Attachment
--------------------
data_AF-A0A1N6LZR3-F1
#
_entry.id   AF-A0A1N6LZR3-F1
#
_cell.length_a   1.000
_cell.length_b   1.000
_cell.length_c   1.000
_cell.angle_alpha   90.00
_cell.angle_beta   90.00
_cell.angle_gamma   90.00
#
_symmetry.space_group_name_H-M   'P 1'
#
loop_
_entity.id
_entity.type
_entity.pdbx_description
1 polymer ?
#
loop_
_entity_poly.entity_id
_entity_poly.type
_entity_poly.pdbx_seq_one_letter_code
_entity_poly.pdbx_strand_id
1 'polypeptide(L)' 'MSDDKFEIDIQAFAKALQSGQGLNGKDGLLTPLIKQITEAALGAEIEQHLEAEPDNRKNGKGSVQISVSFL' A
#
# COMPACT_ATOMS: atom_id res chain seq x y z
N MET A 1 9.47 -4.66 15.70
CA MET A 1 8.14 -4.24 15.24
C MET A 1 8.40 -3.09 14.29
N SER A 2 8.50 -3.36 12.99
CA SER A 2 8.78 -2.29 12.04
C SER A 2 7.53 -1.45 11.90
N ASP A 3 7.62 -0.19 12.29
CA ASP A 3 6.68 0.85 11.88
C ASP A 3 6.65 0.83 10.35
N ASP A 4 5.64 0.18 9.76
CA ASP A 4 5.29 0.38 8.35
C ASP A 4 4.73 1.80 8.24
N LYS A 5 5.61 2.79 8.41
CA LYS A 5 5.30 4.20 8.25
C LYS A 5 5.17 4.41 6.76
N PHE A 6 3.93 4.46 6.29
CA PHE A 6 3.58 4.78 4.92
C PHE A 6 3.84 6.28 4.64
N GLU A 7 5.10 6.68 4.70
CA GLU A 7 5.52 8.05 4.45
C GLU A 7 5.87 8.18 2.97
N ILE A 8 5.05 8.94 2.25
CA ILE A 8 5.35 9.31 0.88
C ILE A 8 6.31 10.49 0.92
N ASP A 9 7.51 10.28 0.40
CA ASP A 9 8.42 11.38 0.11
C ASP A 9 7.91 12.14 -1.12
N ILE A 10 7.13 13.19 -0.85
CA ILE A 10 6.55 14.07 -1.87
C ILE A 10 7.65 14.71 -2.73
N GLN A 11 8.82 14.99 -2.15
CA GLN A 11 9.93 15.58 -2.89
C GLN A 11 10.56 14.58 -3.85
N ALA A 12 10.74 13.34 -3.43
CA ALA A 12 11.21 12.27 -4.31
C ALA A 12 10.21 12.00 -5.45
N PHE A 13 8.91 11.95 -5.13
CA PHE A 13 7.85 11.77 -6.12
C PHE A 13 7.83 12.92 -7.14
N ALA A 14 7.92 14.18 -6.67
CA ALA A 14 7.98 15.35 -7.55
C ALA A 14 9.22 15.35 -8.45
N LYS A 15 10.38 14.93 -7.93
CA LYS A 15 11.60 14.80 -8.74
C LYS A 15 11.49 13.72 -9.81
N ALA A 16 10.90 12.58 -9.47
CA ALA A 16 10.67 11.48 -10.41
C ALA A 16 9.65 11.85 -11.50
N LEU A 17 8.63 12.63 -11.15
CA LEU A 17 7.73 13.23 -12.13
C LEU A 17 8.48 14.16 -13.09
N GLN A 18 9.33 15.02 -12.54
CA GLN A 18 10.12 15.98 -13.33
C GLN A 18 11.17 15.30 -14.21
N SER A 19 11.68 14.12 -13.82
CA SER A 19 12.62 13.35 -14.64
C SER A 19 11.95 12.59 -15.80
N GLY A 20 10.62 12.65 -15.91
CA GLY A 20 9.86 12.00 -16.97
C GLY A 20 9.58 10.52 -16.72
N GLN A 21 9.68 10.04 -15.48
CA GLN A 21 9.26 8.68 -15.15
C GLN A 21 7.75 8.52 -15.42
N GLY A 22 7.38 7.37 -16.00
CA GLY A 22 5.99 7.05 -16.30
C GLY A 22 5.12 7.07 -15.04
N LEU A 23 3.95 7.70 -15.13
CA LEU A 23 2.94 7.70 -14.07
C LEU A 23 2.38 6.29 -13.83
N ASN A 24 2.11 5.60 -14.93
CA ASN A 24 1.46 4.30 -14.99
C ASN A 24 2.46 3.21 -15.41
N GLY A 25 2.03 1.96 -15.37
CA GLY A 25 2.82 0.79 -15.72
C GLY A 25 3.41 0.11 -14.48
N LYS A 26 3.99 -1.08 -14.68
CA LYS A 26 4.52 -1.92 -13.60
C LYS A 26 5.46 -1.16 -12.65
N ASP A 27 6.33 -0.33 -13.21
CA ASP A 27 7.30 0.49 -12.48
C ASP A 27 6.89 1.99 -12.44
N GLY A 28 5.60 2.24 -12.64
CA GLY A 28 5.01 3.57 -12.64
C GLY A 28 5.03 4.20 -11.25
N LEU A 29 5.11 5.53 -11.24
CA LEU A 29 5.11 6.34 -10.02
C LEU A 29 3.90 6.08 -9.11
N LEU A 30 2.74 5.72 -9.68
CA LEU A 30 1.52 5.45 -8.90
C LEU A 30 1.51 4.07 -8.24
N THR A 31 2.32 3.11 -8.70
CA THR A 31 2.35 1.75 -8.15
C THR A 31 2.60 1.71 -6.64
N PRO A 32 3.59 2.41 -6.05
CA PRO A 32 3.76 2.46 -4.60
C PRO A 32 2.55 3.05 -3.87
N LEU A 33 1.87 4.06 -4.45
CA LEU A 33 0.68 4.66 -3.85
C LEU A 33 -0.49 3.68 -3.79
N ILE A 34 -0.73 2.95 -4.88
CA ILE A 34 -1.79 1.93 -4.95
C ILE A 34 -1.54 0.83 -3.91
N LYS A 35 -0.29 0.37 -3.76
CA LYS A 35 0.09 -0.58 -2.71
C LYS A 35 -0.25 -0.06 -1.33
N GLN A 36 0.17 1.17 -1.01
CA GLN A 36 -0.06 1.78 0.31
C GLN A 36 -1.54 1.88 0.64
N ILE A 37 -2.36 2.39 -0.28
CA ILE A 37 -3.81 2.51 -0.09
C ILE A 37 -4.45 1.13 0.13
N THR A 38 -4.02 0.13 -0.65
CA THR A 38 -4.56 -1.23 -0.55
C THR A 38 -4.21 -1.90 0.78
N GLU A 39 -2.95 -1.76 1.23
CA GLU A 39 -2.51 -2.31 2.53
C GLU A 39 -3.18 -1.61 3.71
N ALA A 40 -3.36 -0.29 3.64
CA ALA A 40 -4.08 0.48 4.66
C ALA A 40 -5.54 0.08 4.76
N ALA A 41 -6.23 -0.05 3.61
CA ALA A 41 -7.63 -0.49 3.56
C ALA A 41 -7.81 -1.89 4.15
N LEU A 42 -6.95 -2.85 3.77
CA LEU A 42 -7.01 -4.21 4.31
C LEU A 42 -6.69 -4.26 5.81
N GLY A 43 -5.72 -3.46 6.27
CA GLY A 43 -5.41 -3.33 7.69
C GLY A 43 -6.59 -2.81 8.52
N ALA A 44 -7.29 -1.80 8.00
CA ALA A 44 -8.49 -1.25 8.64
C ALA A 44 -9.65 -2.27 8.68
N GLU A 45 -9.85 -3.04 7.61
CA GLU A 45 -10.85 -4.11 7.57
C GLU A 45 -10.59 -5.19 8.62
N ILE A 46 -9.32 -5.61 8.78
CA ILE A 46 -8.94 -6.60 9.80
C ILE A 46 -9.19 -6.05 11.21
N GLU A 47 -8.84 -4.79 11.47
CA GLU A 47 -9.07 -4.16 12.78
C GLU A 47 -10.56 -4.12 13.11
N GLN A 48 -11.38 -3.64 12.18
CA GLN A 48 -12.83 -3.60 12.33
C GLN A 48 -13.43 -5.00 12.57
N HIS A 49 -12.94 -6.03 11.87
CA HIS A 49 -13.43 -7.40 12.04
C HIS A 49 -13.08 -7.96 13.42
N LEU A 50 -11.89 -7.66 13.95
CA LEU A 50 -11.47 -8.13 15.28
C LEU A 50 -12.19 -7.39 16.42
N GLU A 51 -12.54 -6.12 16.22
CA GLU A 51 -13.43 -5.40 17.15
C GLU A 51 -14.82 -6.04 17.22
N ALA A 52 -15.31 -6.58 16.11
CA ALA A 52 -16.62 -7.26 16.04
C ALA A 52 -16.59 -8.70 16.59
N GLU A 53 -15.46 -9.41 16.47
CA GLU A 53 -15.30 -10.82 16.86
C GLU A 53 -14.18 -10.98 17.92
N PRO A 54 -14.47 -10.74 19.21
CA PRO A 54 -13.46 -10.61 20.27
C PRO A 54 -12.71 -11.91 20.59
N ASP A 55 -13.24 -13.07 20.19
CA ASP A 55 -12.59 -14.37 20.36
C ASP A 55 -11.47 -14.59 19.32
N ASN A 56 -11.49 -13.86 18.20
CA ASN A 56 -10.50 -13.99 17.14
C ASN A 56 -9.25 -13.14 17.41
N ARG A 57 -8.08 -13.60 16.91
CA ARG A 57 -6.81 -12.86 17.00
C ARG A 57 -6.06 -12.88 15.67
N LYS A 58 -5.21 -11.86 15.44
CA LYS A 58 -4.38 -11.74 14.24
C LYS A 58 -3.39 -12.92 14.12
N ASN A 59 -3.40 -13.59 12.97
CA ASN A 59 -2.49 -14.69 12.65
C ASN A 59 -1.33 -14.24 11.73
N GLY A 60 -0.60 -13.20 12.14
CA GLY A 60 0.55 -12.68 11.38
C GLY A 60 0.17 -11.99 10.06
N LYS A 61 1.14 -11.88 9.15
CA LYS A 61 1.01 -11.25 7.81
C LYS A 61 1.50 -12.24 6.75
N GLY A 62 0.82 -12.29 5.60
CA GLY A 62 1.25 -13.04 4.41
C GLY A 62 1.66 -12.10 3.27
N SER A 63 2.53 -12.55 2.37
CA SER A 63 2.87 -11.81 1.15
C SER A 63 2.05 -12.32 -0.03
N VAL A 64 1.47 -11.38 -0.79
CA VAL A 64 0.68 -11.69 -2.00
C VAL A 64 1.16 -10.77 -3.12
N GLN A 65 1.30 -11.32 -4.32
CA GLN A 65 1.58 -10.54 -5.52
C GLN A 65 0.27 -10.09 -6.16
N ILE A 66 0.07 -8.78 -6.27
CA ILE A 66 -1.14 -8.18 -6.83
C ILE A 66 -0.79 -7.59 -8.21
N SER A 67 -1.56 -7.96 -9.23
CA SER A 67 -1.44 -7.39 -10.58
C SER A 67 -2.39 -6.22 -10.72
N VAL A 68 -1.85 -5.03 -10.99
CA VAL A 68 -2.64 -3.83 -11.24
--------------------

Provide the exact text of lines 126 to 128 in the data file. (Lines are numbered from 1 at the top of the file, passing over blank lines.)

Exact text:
C LEU A 33 -0.49 3.68 -3.79
N ILE A 34 -0.73 2.95 -4.88
CA ILE A 34 -1.79 1.93 -4.95